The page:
Ch.13 - Alison Lindsay Ch.11 The Beginnings of DNA...

Info iconThis preview shows pages 1–2. Sign up to view the full content.

View Full Document Right Arrow Icon
Alison Lindsay 2/28/09 Ch.11 The Beginnings of DNA Technology The use of organisms to perform practical tasks for humans is called biotechnology . On the forefront of biotechnology today are applications that analyze and manipulate the genomes of organisms at the molecular level. This branch of biotechnology is called DNA technology. Scientists have been able to apply these natural processes to transfer DNA into bacteria. 1940s- Joshua Lederberg and Edward Tatum demonstrated that two bacteria can pass genetic material between each other. two other ways that bacteria acquire new combinations of genes- Viruses and plasmids. Recombinant DNA technology combines genes from different sources into a single DNA molecule DNA Technology and Frontiers of Research in Biology Knowledge about genomes can lead to useful applications. Making things a more nutritious food source. The many similarities among the genomes of different kinds of organisms also means that research on simpler organisms can sometimes be applied to human biology. In addition to the many applications in fields such as medicine and agriculture, analyzing and manipulating genomes can help answer one of biology's most important questions: "How does a complex multicellular organism develop from a single cell?" Engineering Bacteria: An Introduction A plasmid is a small, circular DNA molecule separate from the much larger bacterial chromosome. Like a chromosome, a plasmid may carry a number of genes, and can make copies of itself. When a plasmid replicates, one copy can pass from one bacterial cell to another, resulting in gene "sharing" among bacteria. In some instances, gene transfer by plasmids can spread traits that help the bacterial cells survive. As a result, an increasing variety of bacteria that cause human disease are becoming resistant to current antibiotics. While plasmids can spread antibiotic resistance, they can also be used for human benefit. Biologists use plasmids to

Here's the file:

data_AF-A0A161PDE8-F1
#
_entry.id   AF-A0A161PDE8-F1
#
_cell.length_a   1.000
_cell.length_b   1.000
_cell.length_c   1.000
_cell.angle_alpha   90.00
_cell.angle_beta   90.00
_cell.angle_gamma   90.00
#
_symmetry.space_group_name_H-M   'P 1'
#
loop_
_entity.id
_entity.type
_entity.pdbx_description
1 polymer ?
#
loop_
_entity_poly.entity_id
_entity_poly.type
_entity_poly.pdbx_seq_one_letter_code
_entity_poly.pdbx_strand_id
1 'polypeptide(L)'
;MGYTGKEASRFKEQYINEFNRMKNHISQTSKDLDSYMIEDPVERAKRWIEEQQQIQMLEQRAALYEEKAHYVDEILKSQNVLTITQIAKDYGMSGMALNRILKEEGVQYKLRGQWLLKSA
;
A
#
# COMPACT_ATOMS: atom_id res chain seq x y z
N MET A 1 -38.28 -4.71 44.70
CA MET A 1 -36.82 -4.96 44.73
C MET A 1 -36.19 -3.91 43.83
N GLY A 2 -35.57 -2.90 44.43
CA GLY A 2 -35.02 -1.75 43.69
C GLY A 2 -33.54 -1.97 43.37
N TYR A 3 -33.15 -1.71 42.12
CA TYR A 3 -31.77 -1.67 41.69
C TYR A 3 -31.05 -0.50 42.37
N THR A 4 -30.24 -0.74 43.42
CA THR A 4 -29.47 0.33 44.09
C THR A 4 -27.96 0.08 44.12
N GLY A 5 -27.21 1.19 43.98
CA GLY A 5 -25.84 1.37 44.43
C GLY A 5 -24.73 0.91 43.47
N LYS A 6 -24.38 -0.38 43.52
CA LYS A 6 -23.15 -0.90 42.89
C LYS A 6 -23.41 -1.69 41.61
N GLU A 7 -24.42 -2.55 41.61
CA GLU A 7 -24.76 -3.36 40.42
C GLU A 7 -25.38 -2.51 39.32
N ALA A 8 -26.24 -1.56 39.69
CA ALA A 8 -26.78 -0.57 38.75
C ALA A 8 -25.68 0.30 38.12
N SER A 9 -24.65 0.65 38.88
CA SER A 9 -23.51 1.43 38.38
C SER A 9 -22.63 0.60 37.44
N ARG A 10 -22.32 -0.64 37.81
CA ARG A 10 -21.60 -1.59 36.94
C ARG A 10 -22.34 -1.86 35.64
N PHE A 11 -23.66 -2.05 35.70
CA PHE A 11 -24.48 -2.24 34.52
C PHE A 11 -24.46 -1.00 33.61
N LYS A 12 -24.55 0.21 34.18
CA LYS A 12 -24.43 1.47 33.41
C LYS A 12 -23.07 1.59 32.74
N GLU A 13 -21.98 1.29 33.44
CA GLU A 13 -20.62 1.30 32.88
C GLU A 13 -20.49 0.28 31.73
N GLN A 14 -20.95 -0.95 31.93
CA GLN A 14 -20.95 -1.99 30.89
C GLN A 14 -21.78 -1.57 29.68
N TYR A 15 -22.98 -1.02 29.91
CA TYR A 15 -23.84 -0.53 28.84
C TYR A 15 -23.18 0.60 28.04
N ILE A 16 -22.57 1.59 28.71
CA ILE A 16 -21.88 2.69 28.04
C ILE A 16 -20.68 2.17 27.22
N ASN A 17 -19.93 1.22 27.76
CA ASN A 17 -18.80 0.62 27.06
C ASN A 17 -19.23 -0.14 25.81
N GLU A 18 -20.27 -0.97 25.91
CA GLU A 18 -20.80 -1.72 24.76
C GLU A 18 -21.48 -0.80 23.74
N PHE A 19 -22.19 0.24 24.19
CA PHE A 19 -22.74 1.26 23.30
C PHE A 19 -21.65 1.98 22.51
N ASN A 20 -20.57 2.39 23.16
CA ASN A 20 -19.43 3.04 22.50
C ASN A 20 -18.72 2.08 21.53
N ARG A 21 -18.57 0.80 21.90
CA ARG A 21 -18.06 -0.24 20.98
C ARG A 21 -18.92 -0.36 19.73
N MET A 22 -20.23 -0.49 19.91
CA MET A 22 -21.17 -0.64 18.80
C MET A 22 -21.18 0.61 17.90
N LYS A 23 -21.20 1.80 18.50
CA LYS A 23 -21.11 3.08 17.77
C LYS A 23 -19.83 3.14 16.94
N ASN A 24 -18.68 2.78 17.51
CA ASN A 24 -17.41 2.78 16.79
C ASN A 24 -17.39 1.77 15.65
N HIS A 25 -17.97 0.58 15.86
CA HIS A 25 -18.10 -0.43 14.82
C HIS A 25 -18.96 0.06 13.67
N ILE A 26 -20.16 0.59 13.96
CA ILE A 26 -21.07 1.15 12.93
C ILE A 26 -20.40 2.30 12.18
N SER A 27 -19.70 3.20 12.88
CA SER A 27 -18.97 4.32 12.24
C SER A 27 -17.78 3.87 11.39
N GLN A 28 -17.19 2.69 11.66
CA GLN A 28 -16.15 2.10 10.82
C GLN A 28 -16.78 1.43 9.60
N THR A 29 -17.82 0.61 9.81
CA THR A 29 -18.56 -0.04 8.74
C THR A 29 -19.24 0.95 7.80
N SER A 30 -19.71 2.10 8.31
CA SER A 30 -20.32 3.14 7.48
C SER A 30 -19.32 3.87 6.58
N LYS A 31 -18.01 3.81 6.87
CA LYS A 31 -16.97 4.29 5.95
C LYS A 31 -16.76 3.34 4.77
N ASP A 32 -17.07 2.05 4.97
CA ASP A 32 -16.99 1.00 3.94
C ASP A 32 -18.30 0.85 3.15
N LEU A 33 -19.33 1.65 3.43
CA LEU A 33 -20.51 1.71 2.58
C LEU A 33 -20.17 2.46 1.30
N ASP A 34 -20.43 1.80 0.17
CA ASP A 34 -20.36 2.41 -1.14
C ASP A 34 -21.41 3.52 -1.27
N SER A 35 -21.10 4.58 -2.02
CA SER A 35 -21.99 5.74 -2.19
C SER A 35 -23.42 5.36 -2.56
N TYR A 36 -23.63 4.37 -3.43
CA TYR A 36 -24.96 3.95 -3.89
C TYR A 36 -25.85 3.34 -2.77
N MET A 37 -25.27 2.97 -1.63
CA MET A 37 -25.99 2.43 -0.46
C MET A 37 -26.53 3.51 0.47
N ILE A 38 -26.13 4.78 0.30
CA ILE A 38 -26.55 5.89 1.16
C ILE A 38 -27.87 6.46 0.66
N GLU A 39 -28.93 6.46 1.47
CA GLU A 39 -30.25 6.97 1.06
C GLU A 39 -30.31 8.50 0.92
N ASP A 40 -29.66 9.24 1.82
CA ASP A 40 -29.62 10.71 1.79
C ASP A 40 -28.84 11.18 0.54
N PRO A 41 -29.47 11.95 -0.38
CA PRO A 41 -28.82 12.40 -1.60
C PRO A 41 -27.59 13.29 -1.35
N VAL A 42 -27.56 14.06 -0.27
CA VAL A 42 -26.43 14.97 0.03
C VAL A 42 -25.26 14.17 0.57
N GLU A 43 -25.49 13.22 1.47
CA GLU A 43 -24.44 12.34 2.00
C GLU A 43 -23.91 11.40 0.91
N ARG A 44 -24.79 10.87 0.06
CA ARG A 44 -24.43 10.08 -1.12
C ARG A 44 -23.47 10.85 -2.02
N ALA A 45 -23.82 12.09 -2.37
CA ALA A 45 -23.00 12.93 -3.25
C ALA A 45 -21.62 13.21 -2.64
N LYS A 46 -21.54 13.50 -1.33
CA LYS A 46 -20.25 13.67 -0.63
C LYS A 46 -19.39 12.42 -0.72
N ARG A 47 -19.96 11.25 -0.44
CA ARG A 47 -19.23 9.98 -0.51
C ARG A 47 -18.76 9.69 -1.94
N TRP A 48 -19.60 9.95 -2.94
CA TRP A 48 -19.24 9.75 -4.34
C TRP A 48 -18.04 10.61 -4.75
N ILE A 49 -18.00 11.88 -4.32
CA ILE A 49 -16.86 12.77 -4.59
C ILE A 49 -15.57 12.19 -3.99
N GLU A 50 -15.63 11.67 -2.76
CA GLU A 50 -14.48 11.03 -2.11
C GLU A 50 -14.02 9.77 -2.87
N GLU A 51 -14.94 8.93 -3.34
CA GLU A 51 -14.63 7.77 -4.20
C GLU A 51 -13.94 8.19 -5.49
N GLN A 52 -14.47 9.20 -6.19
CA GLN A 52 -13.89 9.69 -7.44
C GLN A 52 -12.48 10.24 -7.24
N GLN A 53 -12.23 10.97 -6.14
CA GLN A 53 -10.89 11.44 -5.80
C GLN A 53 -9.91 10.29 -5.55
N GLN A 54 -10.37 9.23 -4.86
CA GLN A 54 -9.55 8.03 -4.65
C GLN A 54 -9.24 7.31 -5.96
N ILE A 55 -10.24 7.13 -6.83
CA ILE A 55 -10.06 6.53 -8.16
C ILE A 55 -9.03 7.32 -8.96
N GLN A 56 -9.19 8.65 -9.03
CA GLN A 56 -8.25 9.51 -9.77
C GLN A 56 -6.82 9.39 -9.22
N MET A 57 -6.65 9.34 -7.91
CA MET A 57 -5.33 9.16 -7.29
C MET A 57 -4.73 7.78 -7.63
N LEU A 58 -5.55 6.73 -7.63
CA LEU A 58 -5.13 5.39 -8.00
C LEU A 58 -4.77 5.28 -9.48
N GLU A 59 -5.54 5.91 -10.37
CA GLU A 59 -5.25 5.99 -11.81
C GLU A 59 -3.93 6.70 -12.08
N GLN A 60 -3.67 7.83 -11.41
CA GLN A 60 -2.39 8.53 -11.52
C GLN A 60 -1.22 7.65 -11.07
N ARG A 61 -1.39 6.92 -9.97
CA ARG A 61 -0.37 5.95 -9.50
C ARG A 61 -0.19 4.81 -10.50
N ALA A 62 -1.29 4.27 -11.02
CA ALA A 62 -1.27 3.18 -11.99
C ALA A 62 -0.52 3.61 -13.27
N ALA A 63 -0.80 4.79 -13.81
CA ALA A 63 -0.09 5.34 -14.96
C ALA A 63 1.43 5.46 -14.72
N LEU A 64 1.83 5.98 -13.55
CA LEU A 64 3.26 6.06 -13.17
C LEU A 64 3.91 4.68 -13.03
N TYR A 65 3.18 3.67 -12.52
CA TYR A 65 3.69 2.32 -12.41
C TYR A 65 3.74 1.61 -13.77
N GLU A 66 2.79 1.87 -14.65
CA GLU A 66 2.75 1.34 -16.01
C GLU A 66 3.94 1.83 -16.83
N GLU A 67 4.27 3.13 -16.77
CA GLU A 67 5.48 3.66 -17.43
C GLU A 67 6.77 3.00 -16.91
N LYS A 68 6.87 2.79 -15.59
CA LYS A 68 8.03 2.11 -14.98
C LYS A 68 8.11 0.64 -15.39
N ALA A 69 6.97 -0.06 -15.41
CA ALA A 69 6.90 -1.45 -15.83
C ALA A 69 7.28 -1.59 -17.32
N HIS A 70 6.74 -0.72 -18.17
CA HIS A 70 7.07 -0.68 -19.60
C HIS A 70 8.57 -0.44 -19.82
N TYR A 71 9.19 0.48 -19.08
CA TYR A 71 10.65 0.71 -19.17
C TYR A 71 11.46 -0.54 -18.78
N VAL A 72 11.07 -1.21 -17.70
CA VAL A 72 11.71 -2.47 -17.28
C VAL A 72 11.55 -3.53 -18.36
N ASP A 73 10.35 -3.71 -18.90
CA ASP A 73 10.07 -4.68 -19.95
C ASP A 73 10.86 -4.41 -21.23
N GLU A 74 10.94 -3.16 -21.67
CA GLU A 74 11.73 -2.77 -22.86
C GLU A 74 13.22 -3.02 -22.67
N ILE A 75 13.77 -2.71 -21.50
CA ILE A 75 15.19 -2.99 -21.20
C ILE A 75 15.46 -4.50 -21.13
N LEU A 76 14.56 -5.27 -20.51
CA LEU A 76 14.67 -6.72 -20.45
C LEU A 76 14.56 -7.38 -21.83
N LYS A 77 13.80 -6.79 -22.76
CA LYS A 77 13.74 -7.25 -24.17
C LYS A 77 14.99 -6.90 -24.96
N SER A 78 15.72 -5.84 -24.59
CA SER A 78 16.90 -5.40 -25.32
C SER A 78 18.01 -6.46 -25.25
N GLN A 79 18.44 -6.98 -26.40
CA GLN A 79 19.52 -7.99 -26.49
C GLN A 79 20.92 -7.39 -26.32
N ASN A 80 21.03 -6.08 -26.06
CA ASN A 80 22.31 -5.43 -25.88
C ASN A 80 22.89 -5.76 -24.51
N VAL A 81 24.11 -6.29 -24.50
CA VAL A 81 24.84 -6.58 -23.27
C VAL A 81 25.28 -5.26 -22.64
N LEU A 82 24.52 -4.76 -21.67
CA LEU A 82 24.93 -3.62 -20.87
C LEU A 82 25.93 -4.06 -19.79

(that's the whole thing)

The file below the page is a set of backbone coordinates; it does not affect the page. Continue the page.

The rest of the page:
Background image of page 1

Info iconThis preview has intentionally blurred sections. Sign up to view the full version.

View Full DocumentRight Arrow Icon
Image of page 2
This is the end of the preview. Sign up to access the rest of the document.

This note was uploaded on 02/15/2011 for the course BIO 112 taught by Professor Martin during the Spring '11 term at UT Arlington.

Page1 / 5

Ch.13 - Alison Lindsay Ch.11 The Beginnings of DNA...

This preview shows document pages 1 - 2. Sign up to view the full document.

View Full Document Right Arrow Icon
Ask a homework question - tutors are online